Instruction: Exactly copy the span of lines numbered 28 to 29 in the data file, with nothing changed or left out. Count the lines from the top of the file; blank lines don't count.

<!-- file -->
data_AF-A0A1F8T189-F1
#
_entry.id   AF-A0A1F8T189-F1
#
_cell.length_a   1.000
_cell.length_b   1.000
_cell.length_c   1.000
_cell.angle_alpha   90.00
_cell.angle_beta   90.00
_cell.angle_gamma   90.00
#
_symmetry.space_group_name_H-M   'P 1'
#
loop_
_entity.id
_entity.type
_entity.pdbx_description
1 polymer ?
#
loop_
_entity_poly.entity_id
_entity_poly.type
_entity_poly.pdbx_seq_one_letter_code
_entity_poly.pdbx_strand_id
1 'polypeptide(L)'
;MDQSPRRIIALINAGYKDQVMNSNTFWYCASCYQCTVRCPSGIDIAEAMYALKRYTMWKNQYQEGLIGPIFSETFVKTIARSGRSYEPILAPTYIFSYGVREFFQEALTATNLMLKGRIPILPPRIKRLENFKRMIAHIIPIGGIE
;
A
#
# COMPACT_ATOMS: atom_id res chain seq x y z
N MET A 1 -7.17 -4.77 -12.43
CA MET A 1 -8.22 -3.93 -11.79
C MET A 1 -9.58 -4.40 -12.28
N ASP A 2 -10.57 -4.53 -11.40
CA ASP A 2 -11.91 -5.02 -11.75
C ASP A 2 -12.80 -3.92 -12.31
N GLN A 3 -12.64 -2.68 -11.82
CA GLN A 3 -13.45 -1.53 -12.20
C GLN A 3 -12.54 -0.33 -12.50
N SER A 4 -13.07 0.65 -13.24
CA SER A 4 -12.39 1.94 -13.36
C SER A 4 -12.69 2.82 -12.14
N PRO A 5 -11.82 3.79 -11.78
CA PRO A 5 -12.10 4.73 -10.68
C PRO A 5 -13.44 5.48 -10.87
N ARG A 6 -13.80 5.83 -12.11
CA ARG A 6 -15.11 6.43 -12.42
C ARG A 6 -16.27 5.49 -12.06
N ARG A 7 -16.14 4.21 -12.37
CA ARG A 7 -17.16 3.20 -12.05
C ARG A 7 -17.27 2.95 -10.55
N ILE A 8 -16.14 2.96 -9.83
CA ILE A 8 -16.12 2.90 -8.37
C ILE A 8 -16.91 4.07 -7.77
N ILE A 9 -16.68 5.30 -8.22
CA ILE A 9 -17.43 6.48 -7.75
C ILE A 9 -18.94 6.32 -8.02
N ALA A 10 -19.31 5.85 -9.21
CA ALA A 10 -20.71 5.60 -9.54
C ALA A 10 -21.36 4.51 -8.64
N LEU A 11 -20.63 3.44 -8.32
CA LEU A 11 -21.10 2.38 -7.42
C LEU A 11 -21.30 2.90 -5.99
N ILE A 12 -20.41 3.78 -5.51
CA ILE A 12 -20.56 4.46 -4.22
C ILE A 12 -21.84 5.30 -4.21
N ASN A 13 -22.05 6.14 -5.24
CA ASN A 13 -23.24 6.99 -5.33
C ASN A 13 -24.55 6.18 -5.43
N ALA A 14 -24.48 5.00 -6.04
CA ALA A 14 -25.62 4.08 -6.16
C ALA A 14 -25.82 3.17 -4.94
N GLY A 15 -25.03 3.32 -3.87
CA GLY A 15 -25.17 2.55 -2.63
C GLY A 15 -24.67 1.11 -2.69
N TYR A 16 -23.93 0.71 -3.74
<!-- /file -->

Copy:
A
#